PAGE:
The silver mines were exploited from the 7th to the 10th century and gave Melle a capital importance because, besides being the largest silver mine of the empire, the city also possessed one of the largest monetary workshops.
Corresponding to about twenty miles of galleries dug by man on several levels, the mines were exploited by the blasting technique due to the hardness of the rock. Vertical stakes were lit in the galleries, to make the stone explode. Silver galena was extracted there, which contained more lead than silver (on average, one gramme of silver per kilogramme of crude ore).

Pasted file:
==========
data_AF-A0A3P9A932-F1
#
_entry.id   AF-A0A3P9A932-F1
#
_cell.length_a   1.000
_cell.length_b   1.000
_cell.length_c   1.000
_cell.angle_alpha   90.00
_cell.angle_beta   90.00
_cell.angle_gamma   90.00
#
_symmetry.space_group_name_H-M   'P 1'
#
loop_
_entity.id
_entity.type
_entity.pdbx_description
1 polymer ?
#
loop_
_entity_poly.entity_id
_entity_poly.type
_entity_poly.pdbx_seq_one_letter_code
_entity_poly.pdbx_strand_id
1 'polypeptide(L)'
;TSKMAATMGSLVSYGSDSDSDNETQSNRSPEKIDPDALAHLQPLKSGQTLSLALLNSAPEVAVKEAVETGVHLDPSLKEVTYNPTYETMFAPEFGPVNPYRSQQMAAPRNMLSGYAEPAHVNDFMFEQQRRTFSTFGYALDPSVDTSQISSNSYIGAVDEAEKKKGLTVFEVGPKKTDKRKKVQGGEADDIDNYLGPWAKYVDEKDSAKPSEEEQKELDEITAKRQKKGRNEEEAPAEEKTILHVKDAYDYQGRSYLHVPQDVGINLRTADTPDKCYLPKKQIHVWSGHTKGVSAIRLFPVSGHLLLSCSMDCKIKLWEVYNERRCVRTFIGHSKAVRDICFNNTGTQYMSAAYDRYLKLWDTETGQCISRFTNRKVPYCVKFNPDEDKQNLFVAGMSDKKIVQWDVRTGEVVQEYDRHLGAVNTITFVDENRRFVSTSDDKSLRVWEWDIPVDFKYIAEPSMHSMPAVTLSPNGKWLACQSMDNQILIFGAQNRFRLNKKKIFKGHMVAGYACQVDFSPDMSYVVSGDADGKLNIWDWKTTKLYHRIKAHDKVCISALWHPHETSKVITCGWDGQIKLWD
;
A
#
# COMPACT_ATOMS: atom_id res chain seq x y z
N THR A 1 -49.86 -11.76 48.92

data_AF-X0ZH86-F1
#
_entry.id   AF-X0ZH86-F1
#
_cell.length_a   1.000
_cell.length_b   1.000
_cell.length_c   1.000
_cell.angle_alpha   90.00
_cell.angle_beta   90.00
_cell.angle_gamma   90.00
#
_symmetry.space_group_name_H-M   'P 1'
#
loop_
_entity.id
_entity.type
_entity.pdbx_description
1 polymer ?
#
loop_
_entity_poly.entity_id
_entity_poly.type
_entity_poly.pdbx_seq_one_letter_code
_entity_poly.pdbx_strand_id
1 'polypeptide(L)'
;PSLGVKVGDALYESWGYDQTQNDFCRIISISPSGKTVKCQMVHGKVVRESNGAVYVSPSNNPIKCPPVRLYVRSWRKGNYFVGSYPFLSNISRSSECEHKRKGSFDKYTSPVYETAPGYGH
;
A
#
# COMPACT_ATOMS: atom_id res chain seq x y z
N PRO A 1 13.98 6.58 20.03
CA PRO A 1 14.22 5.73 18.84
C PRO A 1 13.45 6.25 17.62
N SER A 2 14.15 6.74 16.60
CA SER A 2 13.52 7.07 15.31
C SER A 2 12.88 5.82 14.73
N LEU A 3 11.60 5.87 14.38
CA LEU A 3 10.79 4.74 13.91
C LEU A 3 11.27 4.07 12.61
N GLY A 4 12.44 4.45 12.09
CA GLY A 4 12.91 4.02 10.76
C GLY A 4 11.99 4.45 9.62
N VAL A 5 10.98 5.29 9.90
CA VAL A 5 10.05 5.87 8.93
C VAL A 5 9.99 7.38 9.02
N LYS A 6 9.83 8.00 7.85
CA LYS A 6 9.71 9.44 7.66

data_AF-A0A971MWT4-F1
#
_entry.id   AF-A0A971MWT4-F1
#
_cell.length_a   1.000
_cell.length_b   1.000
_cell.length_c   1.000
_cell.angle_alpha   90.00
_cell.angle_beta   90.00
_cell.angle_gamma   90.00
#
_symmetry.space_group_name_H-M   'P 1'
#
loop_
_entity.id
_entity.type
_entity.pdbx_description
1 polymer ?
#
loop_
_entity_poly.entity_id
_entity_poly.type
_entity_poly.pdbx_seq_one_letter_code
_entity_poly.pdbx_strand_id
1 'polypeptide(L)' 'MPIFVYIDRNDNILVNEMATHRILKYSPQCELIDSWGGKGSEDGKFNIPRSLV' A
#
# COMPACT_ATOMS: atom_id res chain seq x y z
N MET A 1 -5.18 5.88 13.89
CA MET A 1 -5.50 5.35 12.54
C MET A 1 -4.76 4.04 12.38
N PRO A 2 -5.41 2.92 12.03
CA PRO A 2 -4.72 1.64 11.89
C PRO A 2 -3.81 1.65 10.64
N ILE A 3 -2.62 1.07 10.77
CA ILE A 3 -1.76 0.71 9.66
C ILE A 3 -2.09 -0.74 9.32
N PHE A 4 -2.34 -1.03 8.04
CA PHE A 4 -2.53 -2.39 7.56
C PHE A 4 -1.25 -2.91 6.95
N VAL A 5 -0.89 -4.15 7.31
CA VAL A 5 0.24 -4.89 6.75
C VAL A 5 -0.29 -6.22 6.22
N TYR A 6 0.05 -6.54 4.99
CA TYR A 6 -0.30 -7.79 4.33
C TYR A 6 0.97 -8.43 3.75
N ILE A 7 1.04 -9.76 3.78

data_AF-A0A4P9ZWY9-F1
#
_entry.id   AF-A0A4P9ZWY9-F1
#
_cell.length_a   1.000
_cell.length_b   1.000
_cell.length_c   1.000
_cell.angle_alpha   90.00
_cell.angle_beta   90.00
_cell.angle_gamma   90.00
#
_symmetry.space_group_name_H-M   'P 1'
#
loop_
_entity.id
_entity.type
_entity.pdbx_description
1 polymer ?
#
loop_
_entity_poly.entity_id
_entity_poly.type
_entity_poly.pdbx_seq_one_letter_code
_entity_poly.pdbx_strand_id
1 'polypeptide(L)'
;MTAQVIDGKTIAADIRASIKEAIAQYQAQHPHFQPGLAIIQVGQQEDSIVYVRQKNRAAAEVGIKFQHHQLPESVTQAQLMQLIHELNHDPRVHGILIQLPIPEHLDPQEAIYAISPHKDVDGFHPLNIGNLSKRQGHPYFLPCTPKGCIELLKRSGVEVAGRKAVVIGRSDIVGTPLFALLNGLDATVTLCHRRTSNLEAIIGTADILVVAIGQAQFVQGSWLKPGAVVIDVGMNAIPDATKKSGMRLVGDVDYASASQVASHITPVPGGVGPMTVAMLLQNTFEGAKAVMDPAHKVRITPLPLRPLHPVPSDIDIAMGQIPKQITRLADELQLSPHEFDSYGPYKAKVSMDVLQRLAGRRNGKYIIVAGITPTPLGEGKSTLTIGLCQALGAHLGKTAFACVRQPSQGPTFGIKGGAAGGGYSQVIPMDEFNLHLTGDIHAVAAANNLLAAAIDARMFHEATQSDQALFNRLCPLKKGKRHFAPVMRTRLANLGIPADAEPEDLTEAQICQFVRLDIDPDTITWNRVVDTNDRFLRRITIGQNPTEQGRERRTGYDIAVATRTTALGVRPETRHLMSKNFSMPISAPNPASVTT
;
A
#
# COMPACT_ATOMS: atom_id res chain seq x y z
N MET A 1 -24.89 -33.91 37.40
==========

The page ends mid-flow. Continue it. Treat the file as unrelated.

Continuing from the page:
The mines ceased all activity at the end of the 10th century due to a lack of wood and were then rediscovered in 1830 because of the exploitation of a stone quarry.
As part of a public commission, in 1989, Knud Viktor created "Eclats d'argent" (Silver Shards), a sound trail crossing all the mining galleries and now open to the public.